All I needed was four remotes and a set of directions that would’ve driven Albert Einstein up a learning tree.
A word or two of caution: Do not venture into this new world of entertainment alone. It is far too complicated. Have a sympathetic family member either on hand or a text away to walk you through the permutations necessary for quick connections.
A second word of caution: Have a list of every password you’ve accumulated since AOL first asked you to use one a decade ago. You’ve forgotten them. Your television set hasn’t.
In this season of slow sports, may I direct your attention to some streaming entertainment activities coming out of that same box up on that wall.
I have fallen hard for series involving detective work. I recommend a beauty named “Big Little Lies” starring Reese Witherspoon and Nicole Kidman. Great acting in this who-killed-who-and-why adventure. Kidman steals the show.
British shows are great. Potboilers such as “Broad Church” and “Foyle’s War” are but two of many detective shows. World War II films “The Bletchley Girls” and “Home Fires” recall valiant efforts on the part of women contributing to the war effort.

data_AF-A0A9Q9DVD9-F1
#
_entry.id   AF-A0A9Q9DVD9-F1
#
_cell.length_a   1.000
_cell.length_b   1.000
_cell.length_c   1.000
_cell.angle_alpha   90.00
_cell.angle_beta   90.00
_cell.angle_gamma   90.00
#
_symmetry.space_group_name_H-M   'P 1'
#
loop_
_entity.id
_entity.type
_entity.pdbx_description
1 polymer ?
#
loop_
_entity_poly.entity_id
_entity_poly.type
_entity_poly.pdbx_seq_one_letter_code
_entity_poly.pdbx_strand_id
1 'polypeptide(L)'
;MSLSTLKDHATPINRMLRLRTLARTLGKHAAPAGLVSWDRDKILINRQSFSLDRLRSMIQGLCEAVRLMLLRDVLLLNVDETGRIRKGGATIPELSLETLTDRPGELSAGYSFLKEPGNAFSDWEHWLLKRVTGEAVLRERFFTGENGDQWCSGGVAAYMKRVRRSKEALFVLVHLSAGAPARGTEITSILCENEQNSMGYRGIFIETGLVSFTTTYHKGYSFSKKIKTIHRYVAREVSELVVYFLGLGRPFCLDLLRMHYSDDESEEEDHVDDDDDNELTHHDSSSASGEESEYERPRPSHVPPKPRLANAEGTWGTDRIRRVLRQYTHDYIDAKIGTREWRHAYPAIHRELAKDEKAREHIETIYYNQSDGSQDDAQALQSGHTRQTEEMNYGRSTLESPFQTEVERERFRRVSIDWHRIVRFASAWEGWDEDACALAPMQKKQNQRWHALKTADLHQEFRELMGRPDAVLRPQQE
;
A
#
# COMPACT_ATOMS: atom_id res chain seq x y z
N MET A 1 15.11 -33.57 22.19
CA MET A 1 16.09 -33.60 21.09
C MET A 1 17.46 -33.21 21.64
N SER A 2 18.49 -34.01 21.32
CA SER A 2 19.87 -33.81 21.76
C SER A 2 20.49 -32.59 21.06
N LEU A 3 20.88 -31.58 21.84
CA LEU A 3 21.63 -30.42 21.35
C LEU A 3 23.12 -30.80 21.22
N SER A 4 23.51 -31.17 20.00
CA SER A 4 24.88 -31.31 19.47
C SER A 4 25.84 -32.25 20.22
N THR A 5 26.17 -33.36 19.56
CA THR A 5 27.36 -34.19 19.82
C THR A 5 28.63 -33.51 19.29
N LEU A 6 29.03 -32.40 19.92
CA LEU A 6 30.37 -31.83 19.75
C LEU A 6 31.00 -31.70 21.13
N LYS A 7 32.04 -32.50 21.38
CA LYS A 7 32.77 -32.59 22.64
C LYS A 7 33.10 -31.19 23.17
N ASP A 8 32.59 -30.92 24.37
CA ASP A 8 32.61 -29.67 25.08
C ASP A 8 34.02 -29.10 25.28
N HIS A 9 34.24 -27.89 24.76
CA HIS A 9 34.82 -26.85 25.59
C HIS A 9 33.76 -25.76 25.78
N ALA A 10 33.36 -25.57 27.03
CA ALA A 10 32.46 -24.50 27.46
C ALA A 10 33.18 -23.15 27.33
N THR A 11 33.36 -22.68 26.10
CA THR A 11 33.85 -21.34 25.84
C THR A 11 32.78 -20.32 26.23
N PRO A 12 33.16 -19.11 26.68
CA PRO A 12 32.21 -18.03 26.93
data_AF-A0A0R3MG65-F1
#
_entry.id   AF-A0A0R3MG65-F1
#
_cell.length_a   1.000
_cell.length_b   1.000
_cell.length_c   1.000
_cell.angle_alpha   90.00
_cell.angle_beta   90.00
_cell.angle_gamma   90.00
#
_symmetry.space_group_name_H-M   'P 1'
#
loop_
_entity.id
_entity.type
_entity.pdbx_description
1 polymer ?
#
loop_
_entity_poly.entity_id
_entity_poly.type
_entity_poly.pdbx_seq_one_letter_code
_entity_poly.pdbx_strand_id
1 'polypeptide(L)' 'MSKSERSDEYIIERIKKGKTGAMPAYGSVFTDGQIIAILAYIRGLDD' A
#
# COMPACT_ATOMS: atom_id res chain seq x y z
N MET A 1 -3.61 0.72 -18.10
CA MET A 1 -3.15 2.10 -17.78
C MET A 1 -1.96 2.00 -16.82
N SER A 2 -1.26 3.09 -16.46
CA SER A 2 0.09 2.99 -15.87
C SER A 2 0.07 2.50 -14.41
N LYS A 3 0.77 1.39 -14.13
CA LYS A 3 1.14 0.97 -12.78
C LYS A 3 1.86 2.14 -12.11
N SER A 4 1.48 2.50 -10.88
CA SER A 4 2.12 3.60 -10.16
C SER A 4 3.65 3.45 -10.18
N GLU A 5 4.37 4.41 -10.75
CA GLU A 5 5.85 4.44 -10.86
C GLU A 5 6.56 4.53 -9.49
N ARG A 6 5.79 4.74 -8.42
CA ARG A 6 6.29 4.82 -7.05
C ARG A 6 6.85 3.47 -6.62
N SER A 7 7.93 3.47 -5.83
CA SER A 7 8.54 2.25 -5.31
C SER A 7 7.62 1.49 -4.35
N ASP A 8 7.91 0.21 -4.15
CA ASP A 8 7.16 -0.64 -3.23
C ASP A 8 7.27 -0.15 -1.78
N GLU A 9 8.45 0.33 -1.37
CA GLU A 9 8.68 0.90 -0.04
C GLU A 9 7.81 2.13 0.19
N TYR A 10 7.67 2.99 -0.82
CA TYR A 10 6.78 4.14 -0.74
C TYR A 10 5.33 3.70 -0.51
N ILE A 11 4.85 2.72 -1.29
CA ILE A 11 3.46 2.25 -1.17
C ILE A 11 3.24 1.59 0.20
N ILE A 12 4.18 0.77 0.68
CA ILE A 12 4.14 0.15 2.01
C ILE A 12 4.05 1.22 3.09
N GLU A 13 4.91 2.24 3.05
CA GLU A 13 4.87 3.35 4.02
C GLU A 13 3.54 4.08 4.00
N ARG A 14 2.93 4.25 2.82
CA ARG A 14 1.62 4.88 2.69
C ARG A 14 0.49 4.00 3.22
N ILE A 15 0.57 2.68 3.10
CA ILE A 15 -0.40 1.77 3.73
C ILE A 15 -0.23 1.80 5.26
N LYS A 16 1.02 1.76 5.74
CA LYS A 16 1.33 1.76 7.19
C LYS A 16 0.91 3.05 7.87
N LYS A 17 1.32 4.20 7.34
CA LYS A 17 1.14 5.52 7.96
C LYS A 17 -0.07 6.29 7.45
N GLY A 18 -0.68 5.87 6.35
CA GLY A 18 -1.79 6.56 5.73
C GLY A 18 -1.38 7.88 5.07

Family viewers will love “Heartland,” a warm story of trials and triumphs on a Canadian ranch, and of course the incomparable “Downton Abbey,” the standard by which all series are measured for historical significance, scenery, and acting.
Whoever thought Matthew McConaughey and Woody Harrelson could ever share a screen together while trying to solve a murder in the American South without stumbling over each other with mumbling and braggadacio? Well, they both underplay their roles to artistic success in “True Detective,” a series you’ll binge on for sure.
If you are holding off on watching “Breaking Bad,” as was I, forget it and get on board as Bryan Cranston playing Walter White playing beat-the-clock as an inventive meth pedaling high school science teacher fighting cancer. Riveting in an ingenious plot of close calls, family discord, drug use and deceit, it compares favorably to anything on television.
A side comment: Apple TV has come out with a remote that accepts verbal commands. No more will you have to play ‘click the letters’ to find a show. You simply say, for instance, “The Killing,” and your screen will display for you in a second a great Swedish mystery now in its fourth season.
So, while we all await the teeing up of the first football game of the year, chill out, as have I, and enjoy what many are calling the golden age of television.
Enjoying all this from the comfort of a lazy boy is simply frosting on the cake.